It’s that time of year again. We all sit down in the cold of January and make our lists, set our intentions, and vow to finally conquer the novel that’s been brewing inside us. The ball drops, and we whip out a fresh notebook.
And then you hit a stumbling block.
Maybe you run out of steam after you word-vomit your plot onto paper. Maybe you get sick, get stuck, or just don’t feel like staring at a screen for one more second. Maybe, by the time you read this, you’ve already called it a wash.
That wouldn’t be uncommon. According to a recent study, 80 percent of Americans give up on their New Year’s resolutions by the first week of February. That’s a lot of blank Word docs and empty notebooks collecting dust.
The problem isn’t necessarily the resolution itself. With the rise in popularity of pastel-colored planners, bullet journals, and personal development books, we’ve gotten much better at analyzing our dreams and breaking them down into bite-sized chunks. But what we haven’t come to accept is that we need to build an action plan around our strengths and weaknesses. Basically, we need to be ready for when we inevitably mess up.
Below is a step-by-step guide I’ve used with my workshop students to plan and stay the course while they work on everything from sketches to sweeping novels. We’ll start by looking at why we’re after certain goals in the first place, map our way around potential roadblocks, and take a quiz to determine how to use our strengths. The process works, if you’re willing to work for it.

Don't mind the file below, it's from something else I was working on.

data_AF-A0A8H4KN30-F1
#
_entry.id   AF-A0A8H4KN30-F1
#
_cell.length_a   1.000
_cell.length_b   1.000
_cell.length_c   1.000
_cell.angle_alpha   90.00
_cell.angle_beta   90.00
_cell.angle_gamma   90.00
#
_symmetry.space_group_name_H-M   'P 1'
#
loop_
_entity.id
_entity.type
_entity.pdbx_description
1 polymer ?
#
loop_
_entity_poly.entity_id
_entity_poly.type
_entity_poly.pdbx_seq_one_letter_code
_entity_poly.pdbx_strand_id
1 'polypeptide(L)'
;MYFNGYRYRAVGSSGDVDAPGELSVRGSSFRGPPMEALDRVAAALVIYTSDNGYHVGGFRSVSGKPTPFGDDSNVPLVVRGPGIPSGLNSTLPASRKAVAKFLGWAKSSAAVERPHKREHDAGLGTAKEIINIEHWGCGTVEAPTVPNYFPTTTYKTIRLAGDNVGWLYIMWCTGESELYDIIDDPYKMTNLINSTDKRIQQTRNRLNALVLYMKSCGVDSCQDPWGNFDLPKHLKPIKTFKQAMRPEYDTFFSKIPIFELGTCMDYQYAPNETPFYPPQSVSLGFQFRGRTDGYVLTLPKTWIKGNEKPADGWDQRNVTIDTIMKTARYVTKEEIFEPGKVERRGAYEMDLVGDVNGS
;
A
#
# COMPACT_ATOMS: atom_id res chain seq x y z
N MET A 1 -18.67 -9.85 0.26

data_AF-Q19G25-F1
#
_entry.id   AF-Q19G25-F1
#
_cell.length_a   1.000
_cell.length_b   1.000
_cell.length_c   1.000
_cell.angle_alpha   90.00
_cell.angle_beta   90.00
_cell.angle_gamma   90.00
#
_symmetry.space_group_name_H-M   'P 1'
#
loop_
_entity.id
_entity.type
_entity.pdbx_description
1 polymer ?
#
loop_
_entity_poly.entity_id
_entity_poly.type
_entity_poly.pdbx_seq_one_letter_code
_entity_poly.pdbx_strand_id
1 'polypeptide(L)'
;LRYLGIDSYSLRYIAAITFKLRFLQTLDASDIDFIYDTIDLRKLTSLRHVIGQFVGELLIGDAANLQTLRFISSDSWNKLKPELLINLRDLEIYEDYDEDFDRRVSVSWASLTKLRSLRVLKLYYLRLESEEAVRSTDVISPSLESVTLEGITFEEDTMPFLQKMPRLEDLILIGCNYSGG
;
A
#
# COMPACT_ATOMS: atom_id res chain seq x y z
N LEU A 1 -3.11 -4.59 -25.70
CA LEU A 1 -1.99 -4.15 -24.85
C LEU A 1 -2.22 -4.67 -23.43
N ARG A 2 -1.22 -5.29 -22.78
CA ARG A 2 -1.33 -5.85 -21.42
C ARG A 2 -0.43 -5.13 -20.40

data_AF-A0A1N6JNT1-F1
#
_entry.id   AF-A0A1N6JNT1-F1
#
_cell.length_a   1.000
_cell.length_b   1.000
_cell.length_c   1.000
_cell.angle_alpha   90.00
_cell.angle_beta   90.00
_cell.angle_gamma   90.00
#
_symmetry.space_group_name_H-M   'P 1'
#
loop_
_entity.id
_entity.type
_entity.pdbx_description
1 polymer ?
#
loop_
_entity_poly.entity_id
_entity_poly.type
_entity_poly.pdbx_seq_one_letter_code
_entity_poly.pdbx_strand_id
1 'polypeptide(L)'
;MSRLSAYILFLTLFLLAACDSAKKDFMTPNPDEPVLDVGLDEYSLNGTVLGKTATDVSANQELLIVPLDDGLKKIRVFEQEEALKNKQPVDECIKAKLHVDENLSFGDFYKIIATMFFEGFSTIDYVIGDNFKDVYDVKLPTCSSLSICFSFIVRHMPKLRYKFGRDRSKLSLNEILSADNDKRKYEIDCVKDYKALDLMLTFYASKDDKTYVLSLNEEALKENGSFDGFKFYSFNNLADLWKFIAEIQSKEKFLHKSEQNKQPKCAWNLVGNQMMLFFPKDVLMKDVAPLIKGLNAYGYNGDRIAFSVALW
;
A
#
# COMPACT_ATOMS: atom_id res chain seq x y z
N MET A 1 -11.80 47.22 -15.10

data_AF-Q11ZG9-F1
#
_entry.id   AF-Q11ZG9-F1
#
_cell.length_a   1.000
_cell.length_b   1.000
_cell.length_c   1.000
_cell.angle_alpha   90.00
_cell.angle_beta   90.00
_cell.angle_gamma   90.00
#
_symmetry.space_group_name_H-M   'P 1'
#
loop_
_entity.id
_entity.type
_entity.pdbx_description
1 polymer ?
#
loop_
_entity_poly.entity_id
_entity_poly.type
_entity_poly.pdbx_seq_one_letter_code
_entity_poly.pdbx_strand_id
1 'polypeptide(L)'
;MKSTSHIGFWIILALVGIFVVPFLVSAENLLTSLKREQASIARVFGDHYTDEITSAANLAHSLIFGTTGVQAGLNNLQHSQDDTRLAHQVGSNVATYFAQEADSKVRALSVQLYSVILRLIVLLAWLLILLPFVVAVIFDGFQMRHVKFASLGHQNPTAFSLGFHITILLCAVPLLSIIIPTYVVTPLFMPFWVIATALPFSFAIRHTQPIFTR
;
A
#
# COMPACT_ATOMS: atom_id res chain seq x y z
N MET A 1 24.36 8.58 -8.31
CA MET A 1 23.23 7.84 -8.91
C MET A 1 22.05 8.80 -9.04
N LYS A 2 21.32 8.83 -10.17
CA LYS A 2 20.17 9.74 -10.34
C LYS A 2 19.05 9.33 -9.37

Step One: Reclaim A Sense Of Safety
We first need to reacquaint ourselves with…ourselves. We already have all the answers we seek within us, and our physical, mental, and emotional states are constantly sending us feedback. This step asks us to trust this feedback completely — even if it doesn’t make sense at first. Click here for prompts.
Step Two: Let Your Joy Set You Free
Take a closer look at what truly brings you joy. Work in a different creative medium to search back through your memories and experiences to pinpoint the last time you felt joyful and identify the common thread between them. Click here for the prompts.
Step Three: Be Your Own Authority
The goal of this exercise is to learn to trust yourself fully without any external validation whatsoever. This is important—knowing where your pain comes from and where your joy has the potential to lead you will keep you rooted into your creativity throughout the year. Click here to download the map-making activity.
Step Four: Identify Your Superpower
Now that you’ve gotten reacquainted with your own inner voice, it’s time to allow some outside perspective. Click here to take this personality-style quiz to determine your creative superpower.
Step Five: Your Art Is Your Awakening
Using what you know about your pain and joy, strengths and weaknesses, begin to thread together how each of these parts of you influences your creative work and how you approach your goals. Click here for the prompts.
Step Six: Plan Your Resilience
To reach our goals, we have to embrace that we’ll stumble. And we have to be prepared for it. In this step, we’ll integrate all of the information you’ve learned about yourself into a resilience plan. Click here for the goal-setting sheet.
Step Seven: Be The Light
At the end of the day, we often need a bigger purpose to keep going when things get hard. This final step asks you to take everything you know about yourself and your art and answer this question: How can my creativity heal the world? Click here for the prompts.
Andrea Hannah is an award-winning storyteller, essayist, and author. She leads transformative workshops on creativity and life. You can find her on Instagram and Twitter (@andeehannah) and at www.andreahannah.com
Author: Andrea Hannah Email: firstname.lastname@example.org Author Bio: Andrea Hannah is an award-winning author, essayist, and workshop leader. She teaches on living a healthy creative life at her Wild Heart retreats and writes on creativity on Twitter and Instagram (@andeehannah). Link to website: http://www.andreahannah.com